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|Family Matters - Family Matters 2|
Thirty minutes later, when we're done with the two-minute seder, I begin serving the soup. There's a choice of sweet potato soup, which I made in honor of my younger son, who couldn't make it home for the holiday, and matzo balls, which, I warn everyone, I've never made before. Miraculously, there are enough matzo balls to go around. I'm serving seconds when Jack, my cousin's 10-year-old son, walks into the kitchen with his soup bowl. He wants another matzo ball. "They're delicious," he tells me.
The compliment catches me completely off guard. Until this moment, I hadn't thought that I showed up on his radar screen at all. "You just made my day," I say to him, and we each put down our ladles and bowls and he allows me to give him a hug. He's wiry, bony, just like my sons used to be.
Back at the table, noting what's being gobbled up, whose plate needs refreshing, which dish needs an extra serving spoon, I'm too distracted to eat. I slowly realize why I take this meal so seriously: what I lack in religious faith I hope to gain in culinary zeal. But in the lull that arises during every successful dinner party, when conversation dwindles because everyone's contentedly chewing, I realize that I'm famished. Excusing myself, I slip into the kitchen to indulge in my secret craving—picking the dark meat off the chicken carcass. I'm sucking at the sweet, fatty bones when my mother walks in, carrying some stacked plates. "You don't have to clear the table," I say, taking them from her.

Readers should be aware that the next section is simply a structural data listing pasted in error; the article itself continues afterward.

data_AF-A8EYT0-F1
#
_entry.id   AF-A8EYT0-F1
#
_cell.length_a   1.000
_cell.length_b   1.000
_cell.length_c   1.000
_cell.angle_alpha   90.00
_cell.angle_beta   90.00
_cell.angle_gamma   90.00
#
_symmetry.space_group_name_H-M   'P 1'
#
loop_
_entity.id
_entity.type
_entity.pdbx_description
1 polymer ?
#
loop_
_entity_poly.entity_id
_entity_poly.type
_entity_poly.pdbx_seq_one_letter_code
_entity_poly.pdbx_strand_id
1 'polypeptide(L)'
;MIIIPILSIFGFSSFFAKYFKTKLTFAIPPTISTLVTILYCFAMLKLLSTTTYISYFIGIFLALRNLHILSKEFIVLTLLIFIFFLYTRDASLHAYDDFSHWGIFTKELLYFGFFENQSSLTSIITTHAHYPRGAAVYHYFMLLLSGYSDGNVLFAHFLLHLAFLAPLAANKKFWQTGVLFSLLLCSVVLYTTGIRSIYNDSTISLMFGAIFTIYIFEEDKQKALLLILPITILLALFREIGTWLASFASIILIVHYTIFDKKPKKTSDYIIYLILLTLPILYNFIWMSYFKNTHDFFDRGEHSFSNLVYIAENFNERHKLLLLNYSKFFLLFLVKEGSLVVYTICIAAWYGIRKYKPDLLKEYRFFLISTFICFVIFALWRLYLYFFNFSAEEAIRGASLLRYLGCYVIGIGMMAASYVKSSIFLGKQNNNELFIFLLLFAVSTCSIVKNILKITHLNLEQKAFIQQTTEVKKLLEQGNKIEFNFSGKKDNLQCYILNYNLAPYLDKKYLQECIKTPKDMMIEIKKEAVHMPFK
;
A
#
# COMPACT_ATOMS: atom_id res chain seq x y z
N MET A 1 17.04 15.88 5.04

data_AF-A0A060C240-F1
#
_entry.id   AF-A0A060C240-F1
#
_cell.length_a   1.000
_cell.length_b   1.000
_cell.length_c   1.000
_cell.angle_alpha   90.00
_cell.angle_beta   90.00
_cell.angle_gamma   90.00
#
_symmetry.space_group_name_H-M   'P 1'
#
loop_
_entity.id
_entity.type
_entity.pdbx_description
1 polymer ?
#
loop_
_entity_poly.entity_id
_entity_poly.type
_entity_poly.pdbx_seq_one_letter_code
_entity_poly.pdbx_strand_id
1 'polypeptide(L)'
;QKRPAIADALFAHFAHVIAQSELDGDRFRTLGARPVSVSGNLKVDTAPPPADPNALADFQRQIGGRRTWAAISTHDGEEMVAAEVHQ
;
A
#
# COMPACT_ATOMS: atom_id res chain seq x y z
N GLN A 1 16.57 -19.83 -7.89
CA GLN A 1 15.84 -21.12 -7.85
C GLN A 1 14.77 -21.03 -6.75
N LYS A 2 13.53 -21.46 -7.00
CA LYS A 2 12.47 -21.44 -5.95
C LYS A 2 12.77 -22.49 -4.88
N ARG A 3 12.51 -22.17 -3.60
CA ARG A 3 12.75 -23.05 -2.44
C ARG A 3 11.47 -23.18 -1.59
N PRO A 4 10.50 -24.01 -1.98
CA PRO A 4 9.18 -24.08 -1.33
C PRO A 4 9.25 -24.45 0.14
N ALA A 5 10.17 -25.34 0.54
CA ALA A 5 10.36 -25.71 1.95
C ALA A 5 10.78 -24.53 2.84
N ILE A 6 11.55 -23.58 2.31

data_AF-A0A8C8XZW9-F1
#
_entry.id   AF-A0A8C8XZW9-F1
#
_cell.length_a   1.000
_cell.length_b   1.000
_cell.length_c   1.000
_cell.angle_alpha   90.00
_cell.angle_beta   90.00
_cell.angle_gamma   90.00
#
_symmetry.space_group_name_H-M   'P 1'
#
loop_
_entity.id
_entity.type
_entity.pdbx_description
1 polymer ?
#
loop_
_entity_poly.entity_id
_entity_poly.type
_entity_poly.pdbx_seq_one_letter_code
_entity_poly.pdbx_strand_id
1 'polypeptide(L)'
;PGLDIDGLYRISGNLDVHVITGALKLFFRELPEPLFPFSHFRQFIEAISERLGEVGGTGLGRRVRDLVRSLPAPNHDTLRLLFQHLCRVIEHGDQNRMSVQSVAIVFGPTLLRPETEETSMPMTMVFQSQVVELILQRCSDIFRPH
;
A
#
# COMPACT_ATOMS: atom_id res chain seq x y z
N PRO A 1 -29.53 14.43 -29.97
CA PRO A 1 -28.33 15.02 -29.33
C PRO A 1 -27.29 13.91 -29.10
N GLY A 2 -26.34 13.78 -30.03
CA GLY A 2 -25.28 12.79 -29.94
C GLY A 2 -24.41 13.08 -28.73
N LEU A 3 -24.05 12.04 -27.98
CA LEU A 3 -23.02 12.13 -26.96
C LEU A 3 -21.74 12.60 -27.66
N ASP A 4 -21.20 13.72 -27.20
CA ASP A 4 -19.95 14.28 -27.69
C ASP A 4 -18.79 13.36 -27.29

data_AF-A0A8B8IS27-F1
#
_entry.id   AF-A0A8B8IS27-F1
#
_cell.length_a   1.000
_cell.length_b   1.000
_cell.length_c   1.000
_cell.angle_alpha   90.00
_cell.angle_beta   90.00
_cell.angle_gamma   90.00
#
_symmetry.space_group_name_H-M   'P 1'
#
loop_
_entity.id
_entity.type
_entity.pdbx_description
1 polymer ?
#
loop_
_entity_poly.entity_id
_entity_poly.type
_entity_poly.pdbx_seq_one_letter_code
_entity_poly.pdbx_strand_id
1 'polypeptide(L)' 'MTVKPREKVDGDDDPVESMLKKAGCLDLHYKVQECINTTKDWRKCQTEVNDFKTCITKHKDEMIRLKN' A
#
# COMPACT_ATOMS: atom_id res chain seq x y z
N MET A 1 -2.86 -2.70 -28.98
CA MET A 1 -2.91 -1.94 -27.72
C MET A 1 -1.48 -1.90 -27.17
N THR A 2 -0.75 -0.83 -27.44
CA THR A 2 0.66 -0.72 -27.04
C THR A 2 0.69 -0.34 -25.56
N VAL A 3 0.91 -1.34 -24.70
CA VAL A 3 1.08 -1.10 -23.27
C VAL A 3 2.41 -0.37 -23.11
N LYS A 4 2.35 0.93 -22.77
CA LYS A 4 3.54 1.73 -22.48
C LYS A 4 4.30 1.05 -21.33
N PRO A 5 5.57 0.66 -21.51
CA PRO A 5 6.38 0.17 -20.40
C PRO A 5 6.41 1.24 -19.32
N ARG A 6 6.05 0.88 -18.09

"I have to do something," she says. "I can't just sit there." I look at her more carefully than I have in years. She's lost inches, she's lost weight, her hair is white. I really study her, trying to find her mother's palimpsest in her face. But I can't see anyone but my mother; she remains stubbornly herself, only older, trying to remain active, useful.
"Thank you," I say.
"Thank you," she says. "It's a wonderful seder." We stand there, in front of the oven, and then move into each other's arms. Formerly a bit stout, she's now as bony as Jack, I realize with a start—probably the same start she's experiencing as she probes my new fleshiness. "I think I'm gaining the weight you're losing," I say, and though we both laugh, the hug suddenly turns into a clutch, or rather, she clutches me; I can almost feel her give way. We can't let go of each other, or of the thought that seizes us: that we're both passing through time much more quickly than we want to. We cling to each other with a ferocity I can't recall, and with an unusual sweetness. The poisonous back and forth, bait and switch, the friction of "don't say this" and "don't think that," the background sniping, the murky tide of envy and jealousy that's crested and ebbed between us all our lives, stops. We aren't struggling against each other; it's no longer a contest.